Last Thursday night, I cruised down I-40 to Hendrix College to attend Alan Michael Parker's poetry reading. It was definitely worth the short drive.
Parker began the reading by self-identifying as a 'brat,' and I knew I'd be in for a fun evening. Then, he announced that he's been writing tales and fables lately, and I sat up even straighter in my chair. While our voices are about as divergent as they can be, "The Firefighter's Tale" and "Fable for Our Anniversary" were inspiring. In particular, I was struck by the extreme fantasy at play here. In the first poem, dreams are kept in a candy dish and the firefighter picks them out one at a time. In the second poem, getting coffee from the deli is "an epic quest" and there is a magical floating goat as an anniversary gift.
Moving into his current collection, Elephants & Butterflies, we heard a trio: "Cars Poetica," "Peaches or Plums," and "UPS Next Day Air." I hope you see the humor in the titles alone. There was much chuckling in the audience, and yet, the poems were as well crafted as any I've heard or read lately. The play of sound and rhythm added to the comedy in a deft way. I loved Parker's intro to the UPS poem. He mentioned that he once had a mail carrier who was a 'slacker.' As someone who used to wait on the mail for any good news regarding a submission, I can relate, completely, to waiting on the mail.
We got one more poem before Parker moved on to his recently released novel, Whale Man. He labeled the poem "morally bad" because the speaker accidentally sees a colleague's exposed breast (through a gap in her dress) and is titillated. Parker said that he wanted to explore whether writing a less than moral speaker made him a less than moral poet. It's an interesting query. While the novel was interesting and laced with as much humor as the poems, it didn't hold my attention as much, but that is more my issue than any issue with the novel. I simply find myself losing my ability to focus on fiction these days. The plague of such submersion in poetry, perhaps?
The second half of the playlist began with two list poems, a form that Parker admonished us all not to write, having become cliche as a form itself. And so, these poems were a test for Parker, and I think he passed with flying colors. In "18 Ways to Consider a Neighbor Whose Holiday Lights Stay Up All Year," we get "3. This is how he treats his body," "6. He is spelling something into space," and "15. Like lamps lit for all those husbands lost at sea." In "22 Reasons to Return to the Store," he weaves in Greek mythology with "4. I looked for Eurydice in every aisle." The myth returned in the latter part of the poem, but I missed capturing the line.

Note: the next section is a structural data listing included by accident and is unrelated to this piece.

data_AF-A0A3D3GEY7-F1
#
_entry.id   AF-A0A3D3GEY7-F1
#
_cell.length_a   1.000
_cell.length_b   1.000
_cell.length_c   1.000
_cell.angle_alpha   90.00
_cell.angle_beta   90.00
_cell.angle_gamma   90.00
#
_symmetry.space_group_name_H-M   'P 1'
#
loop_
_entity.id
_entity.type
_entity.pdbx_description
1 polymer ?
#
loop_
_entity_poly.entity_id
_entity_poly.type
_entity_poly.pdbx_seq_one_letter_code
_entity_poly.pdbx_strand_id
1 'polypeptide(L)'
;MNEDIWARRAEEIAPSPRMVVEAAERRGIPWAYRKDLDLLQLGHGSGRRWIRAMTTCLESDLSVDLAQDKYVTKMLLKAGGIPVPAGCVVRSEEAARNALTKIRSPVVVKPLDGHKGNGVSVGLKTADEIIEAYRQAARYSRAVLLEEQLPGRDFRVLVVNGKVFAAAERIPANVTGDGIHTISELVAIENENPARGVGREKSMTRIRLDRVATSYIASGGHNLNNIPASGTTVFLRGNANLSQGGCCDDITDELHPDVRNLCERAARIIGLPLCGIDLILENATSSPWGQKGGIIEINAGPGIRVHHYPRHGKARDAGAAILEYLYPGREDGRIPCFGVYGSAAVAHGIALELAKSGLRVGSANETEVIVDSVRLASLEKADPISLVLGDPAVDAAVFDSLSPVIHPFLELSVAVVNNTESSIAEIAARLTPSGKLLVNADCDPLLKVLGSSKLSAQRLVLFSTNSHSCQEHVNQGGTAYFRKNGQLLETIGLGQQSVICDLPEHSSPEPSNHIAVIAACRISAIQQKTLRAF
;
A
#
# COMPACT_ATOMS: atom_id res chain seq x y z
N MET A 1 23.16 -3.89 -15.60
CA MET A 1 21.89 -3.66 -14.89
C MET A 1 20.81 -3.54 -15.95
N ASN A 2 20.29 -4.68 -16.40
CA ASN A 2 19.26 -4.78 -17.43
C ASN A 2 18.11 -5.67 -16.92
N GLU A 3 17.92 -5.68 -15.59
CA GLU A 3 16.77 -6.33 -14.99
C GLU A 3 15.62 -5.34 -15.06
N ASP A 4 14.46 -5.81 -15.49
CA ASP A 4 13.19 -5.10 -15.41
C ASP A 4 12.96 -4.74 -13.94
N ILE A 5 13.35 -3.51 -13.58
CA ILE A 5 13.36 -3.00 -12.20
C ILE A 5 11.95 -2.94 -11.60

Finally, we had "Family Math," a poem that plays on numbers, mathematics, and relationships. Then, Parker ended with the last poem from Elephants & Butterflies and the last poem from his forthcoming collection. What I loved is that he stated that he did this purely for himself because he wanted to see and hear them side by side.
In the Q&A, there was a lot of great information. Including:
~ dramatic monologues: somebody has to be listening within the poem, "elastic identity issues"
~ Parker's work is sound driven, "banging a couple of words together to make ear sparks"
~ rhyme throws the reader back up into a previous moment in the poem (doh! I almost struck myself in the forehead; this is so obvious and yet I've never heard it put this way and never thought of it myself)
~ comedy is a formal problem that requires a lot of hard work; it allows the writer to be ultra-serious without killing the reader; he's really trying to make himself laugh
~ the lived life vs. the imagined life; Parker makes up 90% of the details of the poem b/c nobody wants to read about the boring life of a straight, middle-class, middle-aged, white guy; is a passionate liar
If you like your poems witty and sprinkled through with comedy, seek out the work of Alan Michael Parker, and I doubt you'll be disappointed.